Securing Peace beyond Borders
Recently the Golan Heights came into world focus again after details emerged of secret negotiations between Syria and Israel under Turkish mediation, and Israel's out-going Prime Minister Ehud Olmert signalled that he was prepared to hand the Golan back to Syria.
During the Six-Day War Israel besieged the strategically important plateau and annexed it in 1981. For more than three decades, around 1,000 UN Blue Beret troupes have been deployed to supervise the ceasefire between the enemy states and have thus maintained peace, fragile though it is, in one of the world's most conflicted regions.
Duties of the peacekeeping mission
The United Nations Disengagement Observer Force (UNDOF) consists of a total of 1,043 troupes from six different nations, whereby the Austrian battalion (AUSBATT) represents the largest contingent of the peacekeeping force. Headquarters are situated at Camp Faouar on Syrian territory.
The UN observer force supervising the implementation of the ceasefire between Syria and Israel on the Golan was established in May 1974 based on Resolution 350 of the Security Council. It is deployed to supervise and monitor the area of separation between the Golan Heights, annexed by Israel, and a part of Syrian territory – a small area some 80 kilometres long that stretches from Mount Hermon in the north to the Yarmuk River in the south.
"The mission of UNDOF is to basically supervise the implementation of the ceasefire agreement from 1974," says Major-General Wolfgang Jilke, force commander of the UN troupe.
"We have an Area of Separation, the narrow zone between both rival parties, which, according to the mandate, is to be kept free of military troupes; only UN forces are allowed to enter this zone. Either side of the Area of Separation is the so-called 'Area of Limitation' – these are zones that are 10, 20 and 25 kilometres wide respectively. In these areas we make sure that the limitations of equipment and forces are being followed."
The fatal legacy of war
Additionally, the UNDOF team responsible for the clearance of mines ensures security on the patrol paths on the Golan. Decades after the Six-Day War of 1967 and the Yom Kippur War of 1973 the fatal legacies of the still smouldering Arab-Israeli conflict can be found all over the Golan Heights, back then fought over by the Syrian and Israeli armies: anti-personnel mines and anti-tank mines; bombs and grenades.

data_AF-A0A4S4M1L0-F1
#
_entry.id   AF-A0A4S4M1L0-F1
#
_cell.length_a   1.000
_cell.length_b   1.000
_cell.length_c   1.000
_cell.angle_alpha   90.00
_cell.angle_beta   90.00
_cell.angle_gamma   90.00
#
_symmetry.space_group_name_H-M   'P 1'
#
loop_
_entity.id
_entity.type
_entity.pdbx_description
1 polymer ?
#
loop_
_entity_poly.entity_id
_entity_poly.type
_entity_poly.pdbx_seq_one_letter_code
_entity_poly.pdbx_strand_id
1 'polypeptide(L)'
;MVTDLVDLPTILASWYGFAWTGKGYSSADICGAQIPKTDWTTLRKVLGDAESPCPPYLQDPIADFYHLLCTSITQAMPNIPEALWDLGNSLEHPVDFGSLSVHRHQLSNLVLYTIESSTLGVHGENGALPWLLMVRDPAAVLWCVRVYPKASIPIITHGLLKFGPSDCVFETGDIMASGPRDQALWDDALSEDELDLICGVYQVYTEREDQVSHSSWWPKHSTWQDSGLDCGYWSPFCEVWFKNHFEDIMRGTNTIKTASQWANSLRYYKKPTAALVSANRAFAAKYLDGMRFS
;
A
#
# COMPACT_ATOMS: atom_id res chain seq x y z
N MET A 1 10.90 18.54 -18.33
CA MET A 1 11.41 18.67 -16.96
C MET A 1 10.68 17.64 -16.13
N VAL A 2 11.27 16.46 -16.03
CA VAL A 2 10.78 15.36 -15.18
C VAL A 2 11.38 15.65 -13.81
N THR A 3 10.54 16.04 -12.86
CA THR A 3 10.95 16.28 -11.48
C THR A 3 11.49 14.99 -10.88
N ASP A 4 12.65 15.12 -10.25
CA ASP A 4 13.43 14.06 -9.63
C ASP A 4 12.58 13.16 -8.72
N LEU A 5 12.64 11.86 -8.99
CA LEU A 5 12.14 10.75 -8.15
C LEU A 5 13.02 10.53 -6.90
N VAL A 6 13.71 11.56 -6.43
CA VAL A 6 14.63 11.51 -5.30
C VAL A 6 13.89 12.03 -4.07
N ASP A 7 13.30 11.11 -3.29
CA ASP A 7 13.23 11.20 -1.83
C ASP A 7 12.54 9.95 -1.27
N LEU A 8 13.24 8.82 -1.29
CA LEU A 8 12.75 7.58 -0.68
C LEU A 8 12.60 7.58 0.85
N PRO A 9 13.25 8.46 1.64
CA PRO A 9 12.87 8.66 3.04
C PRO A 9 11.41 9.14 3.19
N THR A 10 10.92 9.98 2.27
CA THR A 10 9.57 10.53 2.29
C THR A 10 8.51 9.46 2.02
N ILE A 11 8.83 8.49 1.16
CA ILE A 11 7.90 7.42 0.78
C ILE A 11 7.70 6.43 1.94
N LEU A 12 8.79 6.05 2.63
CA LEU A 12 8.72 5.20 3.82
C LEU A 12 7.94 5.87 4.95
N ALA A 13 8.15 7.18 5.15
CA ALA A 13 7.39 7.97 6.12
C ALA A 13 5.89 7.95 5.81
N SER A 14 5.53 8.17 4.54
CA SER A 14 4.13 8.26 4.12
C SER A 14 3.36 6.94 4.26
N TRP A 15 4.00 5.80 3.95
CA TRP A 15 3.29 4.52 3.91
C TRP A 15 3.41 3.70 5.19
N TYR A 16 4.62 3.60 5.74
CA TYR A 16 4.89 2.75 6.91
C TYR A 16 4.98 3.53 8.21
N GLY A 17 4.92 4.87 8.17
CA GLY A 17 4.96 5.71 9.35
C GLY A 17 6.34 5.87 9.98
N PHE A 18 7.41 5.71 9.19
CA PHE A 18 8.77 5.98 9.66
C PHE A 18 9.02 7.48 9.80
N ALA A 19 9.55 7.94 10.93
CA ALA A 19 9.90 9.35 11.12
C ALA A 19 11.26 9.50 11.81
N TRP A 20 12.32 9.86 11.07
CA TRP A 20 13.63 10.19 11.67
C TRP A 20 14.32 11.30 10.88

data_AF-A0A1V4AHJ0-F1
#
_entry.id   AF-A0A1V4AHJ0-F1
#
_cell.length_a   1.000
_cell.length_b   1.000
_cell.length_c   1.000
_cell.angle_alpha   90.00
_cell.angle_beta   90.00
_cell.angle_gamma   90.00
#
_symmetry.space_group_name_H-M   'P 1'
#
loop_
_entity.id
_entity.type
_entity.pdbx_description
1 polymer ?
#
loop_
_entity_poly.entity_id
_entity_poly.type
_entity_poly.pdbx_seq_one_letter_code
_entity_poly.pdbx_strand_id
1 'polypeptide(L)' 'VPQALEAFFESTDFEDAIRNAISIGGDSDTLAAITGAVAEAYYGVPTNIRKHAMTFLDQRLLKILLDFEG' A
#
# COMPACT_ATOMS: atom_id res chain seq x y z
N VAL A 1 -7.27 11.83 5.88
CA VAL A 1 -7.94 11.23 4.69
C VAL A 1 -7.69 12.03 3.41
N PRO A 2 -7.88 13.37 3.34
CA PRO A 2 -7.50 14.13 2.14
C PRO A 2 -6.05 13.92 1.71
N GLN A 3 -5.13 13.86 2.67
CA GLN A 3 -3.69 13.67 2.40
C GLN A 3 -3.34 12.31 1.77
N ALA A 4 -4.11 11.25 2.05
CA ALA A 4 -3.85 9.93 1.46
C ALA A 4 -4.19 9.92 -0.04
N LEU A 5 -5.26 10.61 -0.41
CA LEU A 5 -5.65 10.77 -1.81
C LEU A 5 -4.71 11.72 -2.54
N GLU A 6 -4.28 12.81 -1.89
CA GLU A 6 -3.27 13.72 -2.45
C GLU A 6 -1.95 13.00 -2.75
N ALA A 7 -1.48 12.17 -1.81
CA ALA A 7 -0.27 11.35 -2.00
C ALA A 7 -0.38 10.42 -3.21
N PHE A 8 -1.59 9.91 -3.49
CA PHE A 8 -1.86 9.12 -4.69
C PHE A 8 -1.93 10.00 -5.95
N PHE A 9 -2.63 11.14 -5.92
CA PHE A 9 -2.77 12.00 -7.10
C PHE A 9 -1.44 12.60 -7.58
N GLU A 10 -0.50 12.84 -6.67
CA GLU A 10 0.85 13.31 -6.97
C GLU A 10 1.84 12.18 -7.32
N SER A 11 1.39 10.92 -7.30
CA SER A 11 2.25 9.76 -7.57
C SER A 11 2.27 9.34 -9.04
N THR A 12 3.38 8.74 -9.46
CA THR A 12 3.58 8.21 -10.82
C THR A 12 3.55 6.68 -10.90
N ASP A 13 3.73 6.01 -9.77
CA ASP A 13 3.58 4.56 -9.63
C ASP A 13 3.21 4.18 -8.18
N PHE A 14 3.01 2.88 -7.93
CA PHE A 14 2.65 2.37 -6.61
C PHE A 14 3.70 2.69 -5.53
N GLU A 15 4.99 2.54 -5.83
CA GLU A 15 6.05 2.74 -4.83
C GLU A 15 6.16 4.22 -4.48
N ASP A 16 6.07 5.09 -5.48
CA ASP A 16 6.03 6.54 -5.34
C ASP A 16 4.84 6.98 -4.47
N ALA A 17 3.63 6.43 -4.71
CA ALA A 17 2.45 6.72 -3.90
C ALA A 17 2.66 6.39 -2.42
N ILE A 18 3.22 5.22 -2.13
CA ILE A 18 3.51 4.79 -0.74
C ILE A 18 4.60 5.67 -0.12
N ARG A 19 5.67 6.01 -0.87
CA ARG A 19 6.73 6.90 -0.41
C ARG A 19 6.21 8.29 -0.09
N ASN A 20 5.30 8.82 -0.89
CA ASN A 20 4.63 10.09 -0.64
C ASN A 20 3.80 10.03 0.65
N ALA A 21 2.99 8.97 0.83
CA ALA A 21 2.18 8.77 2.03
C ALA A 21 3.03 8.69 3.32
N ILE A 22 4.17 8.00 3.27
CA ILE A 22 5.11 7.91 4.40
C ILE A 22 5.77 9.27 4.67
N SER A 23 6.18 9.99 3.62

Manfred Völkl is a Warrant Officer in the Austrian military and currently acting commander of the so-called Explosive Ordnance Disposal team of the Austrian UN battalion on Golan Heights. He explains why the UNDOF is not officially commissioned to work in the field of mine clearance:
"That is not our job; those tasks are only carried out by civil NGOs. For us the most important thing is the UN personnel. But when civilians come to us and report that they have warfare agents in their houses or gardens, of course we dispose them." Even today civilians continue to get killed when they unwittingly pass the ceasefire lines in the mined region.
Golan as the political apple of discord
Although the conflict between Syria and Israel about the political apple of discord that is Golan still exists, at least peace has been secured between the two arch rivals along the ceasefire line – a success that is ultimately due to the work of the UN peacekeeping forces.
Crossfire along the border or attacks that could have resulted in the serious military conflicts of both camps have not occurred since the implementation of the UNDOF mandate.
However the UN force has had no control over the tearing apart of families on the Golan due to war and demarcation lines. In his film The Syrian Bride the prominent Israeli film director Eran Riklis shows how a daughter from a Druzian family living on the Israeli-occupied part of the Golan marries a distant Syrian relative on the other side of the border fence – knowing that she will never be allowed to visit her own family in Israel again.
Dialogue beyond borders
These days, however, at least weddings, family meetings and student exchange programmes are possible in the no-man's land between the Israelis and Syrian frontier posts, thanks to the humanitarian aid of the Red Cross in conjunction with the United Nations.
"This runs very smoothly," explains Major General Wolfgang Jilke. "It takes place at the frontier posts, the gates that are under Israeli, Syrian and UN control respectively. It means that whoever wants to return from one side to the other can only do so through these loop holes. The Red Cross organises these very humanitarian acts and we ensure passage between point A and point B."
Through the use of loudspeakers, platforms on the Syrian side have been created, which enable communication between the Syrian population and their family members living on the other side. But this "family shouting place" actually used to have a different function, as Jilke explains:
"It was still possible back then, and the Israelis still allowed both parts of the families living on the Syrian and the Israeli occupied sides to come near the fence. They were allowed physical contact through the fence. But that was stopped by the Israelis for security reasons."
In this way the UNDOF troupes are not only responsible for supervision and keeping peace but also for maintaining a dialogue that goes far beyond borders. Even if it is only about a simple platform for communication made out of concrete and metal.
© Qantara.de 2008
Translated from the German by Mý Huê McGowran